His tradition might seem eccentric, but for the 67-year-old obstetrician, who has been delivering babies for over 30 years, his unique welcome is a way of celebrating the individual.
"I've delivered thousands and thousands of babies," he says. "When I'm singing to those babies, I think: 'I'm singing to a future important person'."
Dr Andrew-Jaja, who is originally from Nigeria, says he picked up the custom from an older doctor while he was still a young resident in the 1970s.
"When he was about to retire, he asked me: 'Andy, do you sing to your babies?'," Dr Andrew-Jaja recalls. "So I took it over, he passed on the baton."
Since that day, the doctor has been every newborn he delivers at the Magee-Womens Hospital in Pittsburgh, Pennsylvania with a song to celebrate the miracle of life.
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In fact, he's been doing it for so long that he recently delivered a little boy named Ethan whose father was also born under Dr Andrew-Jaja's care and received his own delivery room ditty.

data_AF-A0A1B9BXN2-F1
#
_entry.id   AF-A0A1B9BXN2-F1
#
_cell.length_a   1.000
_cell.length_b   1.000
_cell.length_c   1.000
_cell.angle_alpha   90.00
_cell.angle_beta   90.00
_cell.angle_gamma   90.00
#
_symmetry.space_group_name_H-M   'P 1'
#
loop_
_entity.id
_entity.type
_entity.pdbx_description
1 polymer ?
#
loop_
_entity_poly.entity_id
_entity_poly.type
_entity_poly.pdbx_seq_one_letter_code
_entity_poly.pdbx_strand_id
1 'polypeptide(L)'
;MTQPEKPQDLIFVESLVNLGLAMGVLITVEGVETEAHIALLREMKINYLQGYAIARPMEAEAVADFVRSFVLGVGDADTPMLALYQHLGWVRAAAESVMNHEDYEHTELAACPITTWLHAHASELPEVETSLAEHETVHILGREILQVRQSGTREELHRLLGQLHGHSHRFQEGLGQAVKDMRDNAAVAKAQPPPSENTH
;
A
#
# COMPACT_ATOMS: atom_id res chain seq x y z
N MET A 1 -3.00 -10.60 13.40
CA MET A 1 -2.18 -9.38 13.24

Babies are guaranteed an impressive performance, too. Dr Andrew-Jaja, who has three adult children himself, is on the board of Pittsburgh's Mendelssohn Choir and sings solos at his local church.
"I love Dr. Jaja. We love to hear him sing," nurse Jaime Ford told the Pittsburgh Tribune-Review, whose own children were delivered by Dr Andrew-Jaja. "They love it - every patient I know."
His favourite song choice in the maternity ward? 'Happy Birthday', of course.
But his repertoire is varied: new parents and nurses might be invited to join the Singing Doctor for a rendition of What A Wonderful World, for instance, a song which has a particular resonance for Dr Andrew-Jaja.
"It's a beautiful world we live in. You forget about all the crises in the world for a moment, when you see that miracle of life in front of you."